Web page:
You'll want to hit the hood with the thinner/grease remover before you start sanding. This will prevent you from building up a wax layer on your sandpaper. I'm hoping you're planning on removing the hood from the car first. Much easier to work all the angles off a set of sawhorses than having it still on the car. If the hood is in good shape and there is no flaking or damage to the clear or paint, yes, you can get away with just a wet sand of the first surface to prep the surface. Make sure the sandpaper you're using is a wet/dry paper. If the hood is in rougher shape, you'll want to use an orbital sander to take it down a smooth surface. In this case, you'll want to prime the surface to prep it for paint.When you wet sand you use a fine sand paper and water with soap as a lube to stop the paper from clogging up. If you are prepping for paint you would use a heavier grit paper than wet sanding paper (wet sand paper should be from 1000 and higher) you should be using some paper in the 400-600 git to prep for paint, after you have sanded, clean with laquer thinner to remove leftover grease, oil and wax.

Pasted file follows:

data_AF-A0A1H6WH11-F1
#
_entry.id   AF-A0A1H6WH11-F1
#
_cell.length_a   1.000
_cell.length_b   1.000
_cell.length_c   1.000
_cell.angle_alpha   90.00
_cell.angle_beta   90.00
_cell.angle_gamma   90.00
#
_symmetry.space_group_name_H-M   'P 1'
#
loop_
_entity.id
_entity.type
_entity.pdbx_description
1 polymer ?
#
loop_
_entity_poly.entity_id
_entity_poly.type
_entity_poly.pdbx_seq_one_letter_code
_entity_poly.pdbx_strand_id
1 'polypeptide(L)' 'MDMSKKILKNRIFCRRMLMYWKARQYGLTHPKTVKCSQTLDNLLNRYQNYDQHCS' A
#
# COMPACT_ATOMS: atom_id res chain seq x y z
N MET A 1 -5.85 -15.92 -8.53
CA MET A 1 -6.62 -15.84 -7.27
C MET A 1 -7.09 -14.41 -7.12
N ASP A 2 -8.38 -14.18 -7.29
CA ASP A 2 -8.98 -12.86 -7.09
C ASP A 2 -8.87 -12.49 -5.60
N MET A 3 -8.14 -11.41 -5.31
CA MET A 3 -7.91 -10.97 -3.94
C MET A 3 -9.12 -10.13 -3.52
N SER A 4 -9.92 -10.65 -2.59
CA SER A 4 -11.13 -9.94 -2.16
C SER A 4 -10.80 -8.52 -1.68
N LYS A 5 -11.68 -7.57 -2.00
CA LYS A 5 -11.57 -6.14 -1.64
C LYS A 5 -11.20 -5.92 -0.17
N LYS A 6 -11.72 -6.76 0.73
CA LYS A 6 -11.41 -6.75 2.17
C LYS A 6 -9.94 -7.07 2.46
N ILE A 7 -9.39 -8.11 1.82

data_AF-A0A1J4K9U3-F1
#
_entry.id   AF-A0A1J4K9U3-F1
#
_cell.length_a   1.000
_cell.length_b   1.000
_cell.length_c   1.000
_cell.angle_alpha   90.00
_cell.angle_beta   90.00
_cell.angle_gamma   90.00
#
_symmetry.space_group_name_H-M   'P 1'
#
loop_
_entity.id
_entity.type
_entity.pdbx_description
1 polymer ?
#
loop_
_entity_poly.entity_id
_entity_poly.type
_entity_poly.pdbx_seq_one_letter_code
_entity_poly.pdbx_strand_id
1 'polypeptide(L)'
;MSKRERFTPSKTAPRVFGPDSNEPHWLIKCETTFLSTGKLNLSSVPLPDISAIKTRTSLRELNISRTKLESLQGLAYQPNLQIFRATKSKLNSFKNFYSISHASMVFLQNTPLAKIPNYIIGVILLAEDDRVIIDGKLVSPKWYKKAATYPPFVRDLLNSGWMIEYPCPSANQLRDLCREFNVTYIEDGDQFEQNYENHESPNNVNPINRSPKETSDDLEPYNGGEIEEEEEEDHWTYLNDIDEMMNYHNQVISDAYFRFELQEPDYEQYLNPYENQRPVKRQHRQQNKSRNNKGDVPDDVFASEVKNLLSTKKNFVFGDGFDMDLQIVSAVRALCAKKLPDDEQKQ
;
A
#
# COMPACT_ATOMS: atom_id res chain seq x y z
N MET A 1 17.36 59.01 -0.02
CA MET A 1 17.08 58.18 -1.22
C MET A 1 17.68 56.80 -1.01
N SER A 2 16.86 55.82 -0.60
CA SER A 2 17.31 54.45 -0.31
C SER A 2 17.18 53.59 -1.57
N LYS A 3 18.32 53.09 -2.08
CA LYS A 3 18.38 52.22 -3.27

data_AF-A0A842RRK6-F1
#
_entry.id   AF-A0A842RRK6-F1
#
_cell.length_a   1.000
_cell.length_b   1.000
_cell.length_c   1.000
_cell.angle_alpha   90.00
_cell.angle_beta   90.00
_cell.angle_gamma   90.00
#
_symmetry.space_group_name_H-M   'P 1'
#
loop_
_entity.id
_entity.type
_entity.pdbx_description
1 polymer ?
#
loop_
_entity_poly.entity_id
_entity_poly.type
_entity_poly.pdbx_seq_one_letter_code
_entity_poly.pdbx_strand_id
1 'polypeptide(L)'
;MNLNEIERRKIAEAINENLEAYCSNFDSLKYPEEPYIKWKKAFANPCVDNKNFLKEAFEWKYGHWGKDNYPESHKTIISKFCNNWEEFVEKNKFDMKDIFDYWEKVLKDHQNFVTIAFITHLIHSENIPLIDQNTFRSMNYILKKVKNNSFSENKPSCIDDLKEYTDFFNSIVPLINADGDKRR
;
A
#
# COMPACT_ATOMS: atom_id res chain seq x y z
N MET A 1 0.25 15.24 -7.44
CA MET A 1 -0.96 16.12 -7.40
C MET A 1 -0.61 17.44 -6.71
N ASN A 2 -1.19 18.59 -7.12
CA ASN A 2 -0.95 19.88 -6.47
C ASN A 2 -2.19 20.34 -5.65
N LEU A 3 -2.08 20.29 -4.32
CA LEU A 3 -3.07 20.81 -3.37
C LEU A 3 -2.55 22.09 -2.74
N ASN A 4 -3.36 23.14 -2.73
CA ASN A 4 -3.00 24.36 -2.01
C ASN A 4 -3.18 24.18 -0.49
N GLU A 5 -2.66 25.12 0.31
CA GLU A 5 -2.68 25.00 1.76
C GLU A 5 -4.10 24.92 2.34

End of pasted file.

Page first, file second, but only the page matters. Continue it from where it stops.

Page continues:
I'm sure most of you have heard the term "wet sanding" or "color sanding." What do these terms mean and when and how should you use these procedures? Sometimes the only way to remove or lighten a heavy imperfection is by sanding the paint surface. This can be a fast and effective way to remove a heavy scratch or scuff, if you are skilled and very careful. On the other hand, this method may lead to a trip to the spray booth if you are over zealous and not aware of when to stop.I am planning on painting the hood of my car. I was told by someone that I needed to wet sand my hood before I paint it. Is this true? Any suggestions on what sort of wet sander i should use?